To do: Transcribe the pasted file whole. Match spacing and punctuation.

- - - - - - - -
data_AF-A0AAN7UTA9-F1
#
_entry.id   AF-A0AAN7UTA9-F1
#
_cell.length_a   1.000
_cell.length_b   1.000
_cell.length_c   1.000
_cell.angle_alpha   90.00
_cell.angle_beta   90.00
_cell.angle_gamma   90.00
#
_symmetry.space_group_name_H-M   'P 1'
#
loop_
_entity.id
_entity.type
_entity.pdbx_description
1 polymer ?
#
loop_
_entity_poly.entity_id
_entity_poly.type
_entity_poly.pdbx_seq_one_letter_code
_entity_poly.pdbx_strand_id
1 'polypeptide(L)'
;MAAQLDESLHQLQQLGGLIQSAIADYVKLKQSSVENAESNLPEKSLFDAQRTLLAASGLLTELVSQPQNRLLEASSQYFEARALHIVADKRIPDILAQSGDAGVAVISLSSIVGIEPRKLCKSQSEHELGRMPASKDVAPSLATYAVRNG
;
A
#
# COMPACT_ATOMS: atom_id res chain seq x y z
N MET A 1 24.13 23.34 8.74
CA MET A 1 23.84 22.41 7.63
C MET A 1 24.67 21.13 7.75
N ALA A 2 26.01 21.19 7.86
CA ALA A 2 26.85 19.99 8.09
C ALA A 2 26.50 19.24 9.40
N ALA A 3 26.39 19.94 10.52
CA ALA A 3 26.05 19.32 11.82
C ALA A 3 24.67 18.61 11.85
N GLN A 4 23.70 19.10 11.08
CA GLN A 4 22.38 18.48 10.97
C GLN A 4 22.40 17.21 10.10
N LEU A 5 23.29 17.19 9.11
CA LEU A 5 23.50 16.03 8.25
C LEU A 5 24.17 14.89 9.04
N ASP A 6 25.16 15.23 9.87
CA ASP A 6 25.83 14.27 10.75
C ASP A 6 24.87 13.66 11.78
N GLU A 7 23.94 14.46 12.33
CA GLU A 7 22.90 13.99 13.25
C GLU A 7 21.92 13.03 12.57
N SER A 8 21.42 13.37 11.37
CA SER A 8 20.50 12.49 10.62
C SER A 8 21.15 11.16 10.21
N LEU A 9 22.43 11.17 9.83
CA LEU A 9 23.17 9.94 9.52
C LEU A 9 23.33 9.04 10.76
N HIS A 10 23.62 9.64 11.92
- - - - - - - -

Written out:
data_AF-A0AAN7UTA9-F1
#
_entry.id   AF-A0AAN7UTA9-F1
#
_cell.length_a   1.000
_cell.length_b   1.000
_cell.length_c   1.000
_cell.angle_alpha   90.00
_cell.angle_beta   90.00
_cell.angle_gamma   90.00
#
_symmetry.space_group_name_H-M   'P 1'
#
loop_
_entity.id
_entity.type
_entity.pdbx_description
1 polymer ?
#
loop_
_entity_poly.entity_id
_entity_poly.type
_entity_poly.pdbx_seq_one_letter_code
_entity_poly.pdbx_strand_id
1 'polypeptide(L)'
;MAAQLDESLHQLQQLGGLIQSAIADYVKLKQSSVENAESNLPEKSLFDAQRTLLAASGLLTELVSQPQNRLLEASSQYFEARALHIVADKRIPDILAQSGDAGVAVISLSSIVGIEPRKLCKSQSEHELGRMPASKDVAPSLATYAVRNG
;
A
#
# COMPACT_ATOMS: atom_id res chain seq x y z
N MET A 1 24.13 23.34 8.74
CA MET A 1 23.84 22.41 7.63
C MET A 1 24.67 21.13 7.75
N ALA A 2 26.01 21.19 7.86
CA ALA A 2 26.85 19.99 8.09
C ALA A 2 26.50 19.24 9.40
N ALA A 3 26.39 19.94 10.52
CA ALA A 3 26.05 19.32 11.82
C ALA A 3 24.67 18.61 11.85
N GLN A 4 23.70 19.10 11.08
CA GLN A 4 22.38 18.48 10.97
C GLN A 4 22.40 17.21 10.10
N LEU A 5 23.29 17.19 9.11
CA LEU A 5 23.50 16.03 8.25
C LEU A 5 24.17 14.89 9.04
N ASP A 6 25.16 15.23 9.87
CA ASP A 6 25.83 14.27 10.75
C ASP A 6 24.87 13.66 11.78
N GLU A 7 23.94 14.46 12.33
CA GLU A 7 22.90 13.99 13.25
C GLU A 7 21.92 13.03 12.57
N SER A 8 21.42 13.37 11.37
CA SER A 8 20.50 12.49 10.62
C SER A 8 21.15 11.16 10.21
N LEU A 9 22.43 11.17 9.83
CA LEU A 9 23.17 9.94 9.52
C LEU A 9 23.33 9.04 10.76
N HIS A 10 23.62 9.64 11.92